Putin allows the nationalization of Russia’s largest Western-owned consumer companies

The Bell

President Vladimir Putin signed a decree that transferred the shares of foreign shareholders to the “temporary control” of Rosimushchestvo, the agency responsible for state property. The decree affects the Baltika brewery, which is 100% owned by Denmark’s Carlsberg, and dairy firm Danone Rossiya, which is owned by France's Danone. In effect, the state has appropriated the assets of foreign investors who have poured billions of dollars into the Russian eonomy over the years.

Danone Rossiya and Baltika are important players on the Russian consumer market. Danone is Russia’s biggest diary producer and Baltika is the second-largest brewery.

Danone first started producing its branded products in Russian factories in 1994, and opened its own plant in the country in 2000. By 2022, the French company owned 13 businesses in the country, employing 100,000 staff.

Carlsberg became a key player in the Russian beer market in 2000 when it partnered with Norway’s Orka to acquire a 50% stake in Baltika. In 2008 the Danes increased their share in Baltika to 100%. From 1996 to 2020, Baltika was consistently the leading beer brand in Russia.

The decree might come as a surprise to Carlsberg: three weeks ago the company  announced that it found a buyer for its Russian assets (although the buyer’s identity was never publicized). However, it’s currently impossible to sell Russian subsidiaries of foreign companies without the permission of a special government commission. Carlsberg’s press service admitted that it was awaiting that permit.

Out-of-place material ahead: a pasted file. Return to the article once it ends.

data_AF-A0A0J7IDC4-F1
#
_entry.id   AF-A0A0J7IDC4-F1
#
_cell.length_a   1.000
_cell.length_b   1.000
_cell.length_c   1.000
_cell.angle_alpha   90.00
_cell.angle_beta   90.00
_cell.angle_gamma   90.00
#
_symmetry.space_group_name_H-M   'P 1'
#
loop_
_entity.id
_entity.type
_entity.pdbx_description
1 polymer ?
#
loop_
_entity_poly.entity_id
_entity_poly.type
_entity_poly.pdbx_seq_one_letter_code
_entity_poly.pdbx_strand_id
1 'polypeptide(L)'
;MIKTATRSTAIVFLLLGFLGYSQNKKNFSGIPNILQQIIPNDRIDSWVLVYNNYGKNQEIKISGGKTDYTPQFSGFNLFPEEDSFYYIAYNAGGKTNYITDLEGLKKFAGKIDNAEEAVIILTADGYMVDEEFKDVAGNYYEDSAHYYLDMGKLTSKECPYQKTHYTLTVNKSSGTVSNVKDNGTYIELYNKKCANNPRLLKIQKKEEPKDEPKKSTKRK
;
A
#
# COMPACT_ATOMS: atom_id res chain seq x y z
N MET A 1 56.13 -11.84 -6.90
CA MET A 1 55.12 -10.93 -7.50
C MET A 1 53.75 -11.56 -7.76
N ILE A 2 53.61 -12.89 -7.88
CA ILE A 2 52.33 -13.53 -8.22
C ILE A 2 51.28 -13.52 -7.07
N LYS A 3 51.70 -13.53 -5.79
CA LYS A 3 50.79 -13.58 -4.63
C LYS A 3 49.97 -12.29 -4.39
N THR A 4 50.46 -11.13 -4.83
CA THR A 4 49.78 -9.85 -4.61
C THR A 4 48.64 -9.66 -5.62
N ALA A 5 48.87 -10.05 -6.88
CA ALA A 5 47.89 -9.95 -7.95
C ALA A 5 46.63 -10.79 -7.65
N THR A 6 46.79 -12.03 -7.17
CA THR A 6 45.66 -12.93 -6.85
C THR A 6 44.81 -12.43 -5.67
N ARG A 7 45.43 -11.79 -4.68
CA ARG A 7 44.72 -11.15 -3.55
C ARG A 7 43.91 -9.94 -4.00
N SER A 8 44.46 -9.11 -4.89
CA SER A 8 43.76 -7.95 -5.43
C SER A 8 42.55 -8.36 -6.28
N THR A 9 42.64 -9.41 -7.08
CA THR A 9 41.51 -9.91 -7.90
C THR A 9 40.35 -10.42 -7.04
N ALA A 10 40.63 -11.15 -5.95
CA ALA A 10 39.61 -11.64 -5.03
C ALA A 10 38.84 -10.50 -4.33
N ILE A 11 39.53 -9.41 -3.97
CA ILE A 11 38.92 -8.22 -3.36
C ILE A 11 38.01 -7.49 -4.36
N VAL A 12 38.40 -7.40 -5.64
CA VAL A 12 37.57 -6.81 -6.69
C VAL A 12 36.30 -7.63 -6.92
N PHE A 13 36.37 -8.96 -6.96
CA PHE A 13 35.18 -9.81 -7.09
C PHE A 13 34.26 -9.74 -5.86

In February 2023, media reports said Danone planned to transfer control over its assets to new investors. However, there were never any reports that new investors had been found.

“Transfer to temporary control” is de facto nationalization. This mechanism was introduced at the end of April and was first applied to two major foreign investors in the Russian electricity market: Germany’s Uniper and Finland’s Fortum. The day after Putin’s decree was published, the management of both companies’ Russian subsidiaries were replaced with individuals from Rosneft boss Igor Sechin’s circle. This week Fortum announced that it was filing a multi-billion-euro compensation claim to international arbitration.

Why the world should care

In reality, nationalization happened some time ago, and it fell upon everyone at once. Last fall, Putin banned foreign companies from selling Russian assets without the government’s permission. If you cannot sell your business when you choose, it is no longer your business.


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